Of all the many talented jazz musicians who blazed trails in Britain in the late 1950s and 1960s, tenor saxophonist Tubby Hayes
in 2022 stands among the tallest. Hayes, too, is one of a handful of British musicians of his generation who have been practically deified by some of the emergent young players who are currently invigorating the British scene.
Hayes died tragically young, aged thirty-eight, in 1973, from heart disease exacerbated by heroin use. So his discography, though a decent size, is not massive. Previously unknown recordings continue to be unearthed, however, and The Complete Hopbine '69
is the latest. It is not, strictly speaking, unknown: much of the material has already surfaced, spread over around half a dozen different albums. But this is the first time all of itrecorded at a December 1969 one-nighter at the Hopbine jazz club, in actuality the back room of a pub in northwest Londonhas been collected and presented complete and in the order in which it was performed that night by the Tubby Hayes Quartet.
It is also the first time the material has been made available in such pristine audiothe sound is really, really great; it could have been recorded in a London studio last week rather than on a Revox reel-to-reel by the Hopbine's soundman some five decades ago. The first-generation tape was found in late 2020 among the possessions of the Hayes Quartet's bassist, Ron Mathewson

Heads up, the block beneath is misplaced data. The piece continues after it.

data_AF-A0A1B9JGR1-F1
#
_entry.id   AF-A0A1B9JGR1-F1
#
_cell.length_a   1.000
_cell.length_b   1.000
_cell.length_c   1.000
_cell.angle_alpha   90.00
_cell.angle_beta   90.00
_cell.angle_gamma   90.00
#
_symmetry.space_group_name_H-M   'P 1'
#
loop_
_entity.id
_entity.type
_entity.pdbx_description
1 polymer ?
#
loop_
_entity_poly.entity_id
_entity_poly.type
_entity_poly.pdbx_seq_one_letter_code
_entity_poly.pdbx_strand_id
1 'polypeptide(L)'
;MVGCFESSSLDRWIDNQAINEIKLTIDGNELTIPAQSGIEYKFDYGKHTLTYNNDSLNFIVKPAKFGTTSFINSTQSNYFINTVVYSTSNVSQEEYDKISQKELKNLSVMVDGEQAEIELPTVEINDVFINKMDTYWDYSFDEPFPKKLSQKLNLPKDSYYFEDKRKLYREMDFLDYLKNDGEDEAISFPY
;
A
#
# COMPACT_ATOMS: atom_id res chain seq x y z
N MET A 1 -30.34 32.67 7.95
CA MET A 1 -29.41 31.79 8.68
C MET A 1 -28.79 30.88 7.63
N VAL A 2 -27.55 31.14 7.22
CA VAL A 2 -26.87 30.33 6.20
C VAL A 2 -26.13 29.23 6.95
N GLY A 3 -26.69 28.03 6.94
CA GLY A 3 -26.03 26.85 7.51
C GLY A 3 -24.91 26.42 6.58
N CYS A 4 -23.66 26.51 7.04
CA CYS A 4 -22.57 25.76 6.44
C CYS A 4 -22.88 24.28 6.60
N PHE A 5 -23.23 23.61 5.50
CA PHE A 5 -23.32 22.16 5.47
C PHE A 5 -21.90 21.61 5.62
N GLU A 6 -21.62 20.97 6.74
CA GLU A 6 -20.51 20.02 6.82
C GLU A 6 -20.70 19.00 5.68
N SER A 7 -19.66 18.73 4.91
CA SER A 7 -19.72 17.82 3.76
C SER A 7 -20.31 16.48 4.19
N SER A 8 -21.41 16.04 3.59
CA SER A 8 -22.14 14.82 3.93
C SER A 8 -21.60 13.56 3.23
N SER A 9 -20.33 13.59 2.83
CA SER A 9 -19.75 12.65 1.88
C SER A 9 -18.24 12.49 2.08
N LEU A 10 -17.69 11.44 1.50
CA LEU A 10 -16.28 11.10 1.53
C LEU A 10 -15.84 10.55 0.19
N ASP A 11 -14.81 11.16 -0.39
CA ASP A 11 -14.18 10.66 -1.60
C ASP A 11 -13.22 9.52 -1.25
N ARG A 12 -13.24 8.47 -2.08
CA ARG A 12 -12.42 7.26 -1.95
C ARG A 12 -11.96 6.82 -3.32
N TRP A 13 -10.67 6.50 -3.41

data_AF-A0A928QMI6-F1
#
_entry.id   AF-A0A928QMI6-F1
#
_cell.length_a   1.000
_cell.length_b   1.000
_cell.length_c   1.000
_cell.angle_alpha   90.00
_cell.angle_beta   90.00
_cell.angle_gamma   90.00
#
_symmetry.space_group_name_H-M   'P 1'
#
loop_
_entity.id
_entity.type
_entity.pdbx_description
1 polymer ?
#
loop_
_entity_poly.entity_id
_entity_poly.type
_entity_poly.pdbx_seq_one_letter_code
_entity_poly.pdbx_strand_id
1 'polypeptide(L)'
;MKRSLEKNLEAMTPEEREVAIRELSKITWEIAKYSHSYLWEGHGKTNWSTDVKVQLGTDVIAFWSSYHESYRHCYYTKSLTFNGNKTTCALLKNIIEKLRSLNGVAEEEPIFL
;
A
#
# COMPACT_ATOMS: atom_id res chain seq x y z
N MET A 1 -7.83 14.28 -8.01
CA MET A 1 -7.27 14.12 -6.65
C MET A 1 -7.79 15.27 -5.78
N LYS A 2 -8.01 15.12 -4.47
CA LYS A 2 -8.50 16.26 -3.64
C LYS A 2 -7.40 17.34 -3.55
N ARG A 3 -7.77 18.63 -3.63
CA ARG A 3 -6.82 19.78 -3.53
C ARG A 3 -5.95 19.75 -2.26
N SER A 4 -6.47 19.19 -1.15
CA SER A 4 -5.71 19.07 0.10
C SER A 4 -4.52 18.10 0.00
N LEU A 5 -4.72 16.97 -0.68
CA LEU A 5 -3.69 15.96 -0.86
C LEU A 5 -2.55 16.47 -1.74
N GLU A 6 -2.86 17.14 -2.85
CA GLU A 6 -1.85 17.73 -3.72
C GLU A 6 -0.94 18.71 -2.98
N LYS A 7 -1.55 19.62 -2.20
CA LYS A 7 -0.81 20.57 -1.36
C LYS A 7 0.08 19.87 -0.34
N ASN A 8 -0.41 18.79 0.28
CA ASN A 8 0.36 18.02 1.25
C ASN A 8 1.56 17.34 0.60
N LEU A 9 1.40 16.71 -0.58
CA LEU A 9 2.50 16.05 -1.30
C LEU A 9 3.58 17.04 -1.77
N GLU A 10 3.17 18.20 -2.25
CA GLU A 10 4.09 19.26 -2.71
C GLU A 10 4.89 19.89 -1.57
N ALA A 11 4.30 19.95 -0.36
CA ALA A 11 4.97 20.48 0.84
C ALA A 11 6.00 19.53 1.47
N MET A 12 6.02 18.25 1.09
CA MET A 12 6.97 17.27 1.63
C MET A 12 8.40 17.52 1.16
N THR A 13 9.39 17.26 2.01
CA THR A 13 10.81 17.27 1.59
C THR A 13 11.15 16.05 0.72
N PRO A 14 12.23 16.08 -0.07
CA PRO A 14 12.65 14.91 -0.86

, who had passed earlier in the year, shortly after giving the Jazz In Britain label's director, John Thurlow, permission to digitize his tape archive. Thurlow worked with drummer Spike Wells
, the only surviving member of the Quartet, and technician Matt Parker to make the transfer. And a remarkable job they have done.
There is more good news. Hayes and the rest of the quartet (the fourth member was pianist Mick Pyne
) are on fire throughout the performance, which is spread over two CDs. In December 1969, Hayes was on the cusp of being forced by ill-health to moderate (on occasion) his energy levels. No hint of that here though. Instead, what The Complete Hopbine '69
documents is late mid-period Hayes, when the technical virtuosity which delivered bucketloads of excitement, but at times overwhelmed the musical depth of his early period work, had been leavened by maturity. Sure, speed of light tempos are still present on tunes such as Hayes' "For Members Only" and Cole Porter's "What Is This Thing Called Love," but they are balanced by the sumptuous balladeering of Elise Bretton's "For Heaven's Sake" and the comic overtones of Hayes' "Off The Wagon," which has a playful vibe similar to Sonny Rollins
' contemporaneous calypso outings (Hayes described it as "our country and western, rock and roll, avant-garde, rhythm and blues, bebop tune"). Add in "Vierd Blues," Richard Carpenter's "Walkin'" and Cy Coleman's showtune "Where Am I Going," every one of them played by a world-class band at the peak of its powers, and you have close on two hours of timeless, thrilling jazz.
CD1: For Members Only; Off The Wagon; Where Am I Going?; What Is This Thing Called Love. CD2:
Mainly For The Don; For Heaven’s Sake; Vierd Blues; Walkin’.